"The president was preparing for a summit with Boris Yeltsin the week that was on the Senate floor," she said. "I know the summit was important, but not more important than this."
The Guinier and Btu fiascoes suggested a lack of conviction and candor on Mr. Clinton's part, some legislators said.
"When the Senate dropped the Btu tax, Clinton said he always expected it to be changed," one House Democrat recalled. "But that's not what he told us."
As for House leaders, there was distress in the liberal ranks that subcommittee chairmen who voted against the tax bill were not stripped of their leadership positions.
Women caught in the abortion fight last week also felt abandoned when Democratic leaders failed to pull the health financing bill off the floor when they realized it was threatened with an amendment banning federal financing of abortions that Mr. Clinton opposes.
Rep. Barney Frank, a Massachusetts Democrat who has been helping Mr. Clinton find a compromise on his proposal to drop the ban against gays in the military, said there's been a lot more progress on liberal issues than the president gets credit for.
Examples he noted include:
* Enactment of the Family and Medical Leave Act, requiring employers to give workers unpaid leave for family emergencies, which had been vetoed by President George Bush.
* A presidential order lifting the gag rule on abortion counseling at federally financed family planning centers.
* Enactment of legislation that does away with a Bush administration ban on fetal tissue research.
* House passage last week of a bill that ends a ban on abortion funding by the District of Columbia government.
* And additional funding for AIDS research.
House Speaker Thomas S. Foley of Washington also noted there was modest progress made last week when the House reaffirmed its support for a ban on federal funding of abortions for poor women. Formerly, the ban allowed exceptions only if the life of the mother was endangered. The new amendment put forward by Illinois Republican Henry Hyde also allows Medicaid abortions in cases of rape and incest.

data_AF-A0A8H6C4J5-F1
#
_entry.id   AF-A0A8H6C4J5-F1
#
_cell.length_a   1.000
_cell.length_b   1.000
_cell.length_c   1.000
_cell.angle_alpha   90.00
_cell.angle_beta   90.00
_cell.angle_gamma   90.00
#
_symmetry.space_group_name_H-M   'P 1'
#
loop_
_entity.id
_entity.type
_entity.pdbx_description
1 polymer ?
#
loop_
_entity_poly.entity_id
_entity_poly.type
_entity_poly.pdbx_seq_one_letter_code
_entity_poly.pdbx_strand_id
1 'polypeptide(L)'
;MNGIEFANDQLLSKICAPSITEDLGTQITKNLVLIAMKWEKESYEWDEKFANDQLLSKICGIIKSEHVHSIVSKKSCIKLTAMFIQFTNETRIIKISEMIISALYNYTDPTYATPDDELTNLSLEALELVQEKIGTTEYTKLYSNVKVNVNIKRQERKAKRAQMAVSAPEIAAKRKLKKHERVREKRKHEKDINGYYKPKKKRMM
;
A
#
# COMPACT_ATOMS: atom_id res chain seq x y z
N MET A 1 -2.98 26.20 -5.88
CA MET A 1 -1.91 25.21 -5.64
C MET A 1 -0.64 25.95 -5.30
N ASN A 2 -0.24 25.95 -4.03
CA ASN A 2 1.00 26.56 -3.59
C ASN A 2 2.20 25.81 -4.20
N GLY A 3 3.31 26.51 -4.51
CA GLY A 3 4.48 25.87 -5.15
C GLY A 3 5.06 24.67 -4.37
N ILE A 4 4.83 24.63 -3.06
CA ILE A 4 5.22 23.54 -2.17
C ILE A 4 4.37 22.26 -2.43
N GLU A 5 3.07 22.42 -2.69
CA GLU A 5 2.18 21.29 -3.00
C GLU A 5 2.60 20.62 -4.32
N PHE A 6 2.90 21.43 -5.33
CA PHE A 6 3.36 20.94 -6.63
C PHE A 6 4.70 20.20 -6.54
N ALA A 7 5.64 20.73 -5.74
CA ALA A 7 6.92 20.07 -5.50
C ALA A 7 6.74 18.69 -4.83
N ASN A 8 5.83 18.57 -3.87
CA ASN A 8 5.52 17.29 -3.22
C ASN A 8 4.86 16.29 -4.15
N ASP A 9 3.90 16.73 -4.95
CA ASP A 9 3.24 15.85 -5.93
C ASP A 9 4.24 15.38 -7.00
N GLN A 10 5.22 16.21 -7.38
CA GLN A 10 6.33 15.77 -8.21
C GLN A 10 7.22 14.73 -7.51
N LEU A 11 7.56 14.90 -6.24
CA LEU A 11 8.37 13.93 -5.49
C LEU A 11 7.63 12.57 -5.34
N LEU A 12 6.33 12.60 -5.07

Even so, these first five months under a Democratic president can probably best be described as opening with a lurch to the left, followed by a lot of sashaying to and fro as Mr. Clinton and the Democratic leaders in Congress try also to satisfy the centrists in their party who so far have been the most cranky in public.
"Government by tantrum," is what Rep. Patricia Schroeder, a liberal Democrat from Colorado, calls the way Mr. Clinton has been whipsawed by Oklahoma Sen. David G. Boren and other Democratic conservatives who scuttled the Btu tax and helped decimate the president's domestic spending agenda.
Liberals are now going to try out those squeaky-wheel tactics as a joint House-Senate conference committee works this summer to resolve differences between two versions of the $500 billion deficit reduction bill.
Rep. Kweisi Mfume of Baltimore, a Democrat and chairman of the Congressional Black Caucus, says he's entering into those negotiations with the position that it's all-or-nothing on liberal agenda items such as empowerment zones -- a program of tax incentives for investment in inner cities -- and expansion of a tax credit program for the working poor that were diminished or deleted by the Senate.
But as a practical matter, he said, "I know there's going to have to be some give and take. We're all going to have to take one step back from what we want in order to move the country two steps forward."
Mr. Mfume acknowledged there is plenty of impatience with this view among his newer colleagues.
"That's because they're just not used to the glacial pace at which progress is made around here," he said. "I think we need to wait a little longer before we start judging how well we've done."